This one goes out to the high school girl who thinks she is fat, that new mom who is struggling with her postpartum body image, that mom of three who wishes she was as fat as she thought she was in high school and to anyone who has struggled with body image issues in their lifetime. You’re not alone. I am with you.
Throughout my entire life, I have always believed that if I looked good, I would be the happiest version of myself — I would have the best of friends, I would fall in love, I would have a successful career, I wouldn’t have to worry about money and I’d travel the world. I believed that life would be grand if I just looked good and I was willing to do anything to feel my version of beautiful, an unrealistic version that came from the press and celebrities.
My version of beautiful was the skinny girl with the expensive clothing, great hair and amazing make-up. Oh and she could walk in heels like a champ, something I have never mastered to this day. I wasn’t sure how I was going to achieve this idea of beauty, but I was determined to take control and make it happen which led me down a slippery slope eventually causing me to slip right down to rock bottom.
I was at the top of that slippery slope when I printed out a picture of a super skinny Marykate Olsen in a trendy hat holding an iced Starbucks coffee. That picture was a picture of my hopes and dreams and I carried it with me in my wallet as a reminder of what I wanted when I really wanted a cookie dough blizzard with extra cookie dough from Dairy Queen. When I was about to make a “poor” diet decision, I would look at the picture as a reminder that my strength to avoid food would someday make beauty attainable for me.
It wasn’t long before I signed up for this thing called Xanga. Gosh I feel so old typing that out. For those of you who do not know what Xanga is, it’s this Facebook like thing that existed prior to MySpace. And for those of you who don’t know MySpace, well goodness, I am just old. Anyway, Xanga was this weblog/social network thing where I connected with girls like me who strived for this unhealthy version of skinny. We supported and encouraged each other in our journey through starvation, bingeing and purging. I literally read blog posts on how to starve myself, curb my appetite and hide that I wasn’t eating so that I could look like Marykate Olsen or Jessica Simpson.
It was the summer before ninth grade and my desire to look good and fit in was stronger than ever. I was entering my freshmen year in high school. It was a pretty big deal. The hot and sticky August air came quickly and that meant field hockey preseason was upon us. I played field hockey ever since I could remember. I was anxious to get started with the high school team but I was so excited to enter this chapter of life that everyone raved about being responsible for the best years of your life. Field hockey preseason meant lots of exercise and weight loss all while feeling the pressure to fit in, to make the team and to make a name for myself as a freshmen in high school.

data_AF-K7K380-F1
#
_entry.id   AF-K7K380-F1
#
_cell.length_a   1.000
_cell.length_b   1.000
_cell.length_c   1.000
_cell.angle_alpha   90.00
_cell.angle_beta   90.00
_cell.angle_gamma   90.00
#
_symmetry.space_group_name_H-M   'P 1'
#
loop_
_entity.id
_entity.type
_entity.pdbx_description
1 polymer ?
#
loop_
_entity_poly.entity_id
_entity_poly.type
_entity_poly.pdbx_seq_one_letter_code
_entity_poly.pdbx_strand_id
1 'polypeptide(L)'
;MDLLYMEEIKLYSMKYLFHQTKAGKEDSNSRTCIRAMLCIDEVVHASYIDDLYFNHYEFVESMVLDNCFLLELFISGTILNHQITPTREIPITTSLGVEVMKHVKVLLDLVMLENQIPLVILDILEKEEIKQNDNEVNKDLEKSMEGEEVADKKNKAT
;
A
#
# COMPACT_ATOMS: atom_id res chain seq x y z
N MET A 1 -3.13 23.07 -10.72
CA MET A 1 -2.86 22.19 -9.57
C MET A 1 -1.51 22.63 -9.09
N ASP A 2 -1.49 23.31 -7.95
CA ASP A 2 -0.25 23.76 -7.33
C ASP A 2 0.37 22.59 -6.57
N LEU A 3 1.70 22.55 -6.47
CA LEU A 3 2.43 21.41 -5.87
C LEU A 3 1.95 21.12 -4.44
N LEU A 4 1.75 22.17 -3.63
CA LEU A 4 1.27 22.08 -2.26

Before I knew it, I was out on the field with my best friends having the time of my life. The field hockey field was just a short walk from the high school football team’s field. They practiced at the same time as us which added a whole new element of fun to our summer preseason but with that came the pressure to fit in and to “look good.”
Each summer just before the start of the school year and the start of the Fall sports season, there was a shaving cream party where the two teams, football and field hockey, would go to a friends house and run around outside smearing shaving cream on everyone they could. It sounds crazy but it was so fun and it was the first “party” I was invited to as a freshmen in high school so it was a big deal.
I survived that party and all of the other anxiety provoking high school events that followed but it wasn’t without worry and feelings of being self-conscious of my body image. I continued to treat my body poorly and I constantly beat myself up with words as I stood in front of the long mirror in my childhood bedroom. I believed for years that I was fat and not worthy of anything good. I kept journals under my bed counting every calorie I put into my mouth in a day and to counter that, I logged every calorie burned during cardio exercise to offset the intake.
A few years later when I started binge eating and purging, I realized that I needed help. I was in deep and I felt so bad about myself but I thrived on the control that my eating disorder gave me. It was something that was completely up to me. The success or the failure was directly related to my actions. If I made a good choice, I had a good outcome. If I made a bad choice, I had a bad outcome. It was mine but this path was the furthest thing from motivating, inspiring, nurturing or empowering.